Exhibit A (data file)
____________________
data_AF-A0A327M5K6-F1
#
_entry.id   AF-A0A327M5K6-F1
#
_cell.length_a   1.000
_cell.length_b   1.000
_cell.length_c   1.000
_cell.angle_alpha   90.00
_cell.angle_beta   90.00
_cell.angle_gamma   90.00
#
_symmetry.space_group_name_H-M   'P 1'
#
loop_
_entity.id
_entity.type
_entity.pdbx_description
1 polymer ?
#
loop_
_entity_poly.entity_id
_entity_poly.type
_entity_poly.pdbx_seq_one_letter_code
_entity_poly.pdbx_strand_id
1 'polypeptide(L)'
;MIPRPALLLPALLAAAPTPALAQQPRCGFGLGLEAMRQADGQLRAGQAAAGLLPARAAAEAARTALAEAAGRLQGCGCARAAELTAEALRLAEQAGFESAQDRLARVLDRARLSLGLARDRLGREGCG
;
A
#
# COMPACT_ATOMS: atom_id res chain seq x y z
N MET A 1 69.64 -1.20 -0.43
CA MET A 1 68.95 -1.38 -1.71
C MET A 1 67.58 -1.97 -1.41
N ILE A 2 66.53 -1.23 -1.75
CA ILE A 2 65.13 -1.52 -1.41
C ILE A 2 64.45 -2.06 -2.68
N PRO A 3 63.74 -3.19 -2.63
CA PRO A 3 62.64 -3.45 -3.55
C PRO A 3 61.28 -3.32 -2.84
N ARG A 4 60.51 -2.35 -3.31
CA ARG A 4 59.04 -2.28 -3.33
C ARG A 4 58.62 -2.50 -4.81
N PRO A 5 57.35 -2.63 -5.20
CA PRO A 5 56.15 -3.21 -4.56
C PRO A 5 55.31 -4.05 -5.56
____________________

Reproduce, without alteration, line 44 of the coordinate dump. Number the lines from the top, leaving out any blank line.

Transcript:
CA PRO A 5 56.15 -3.21 -4.56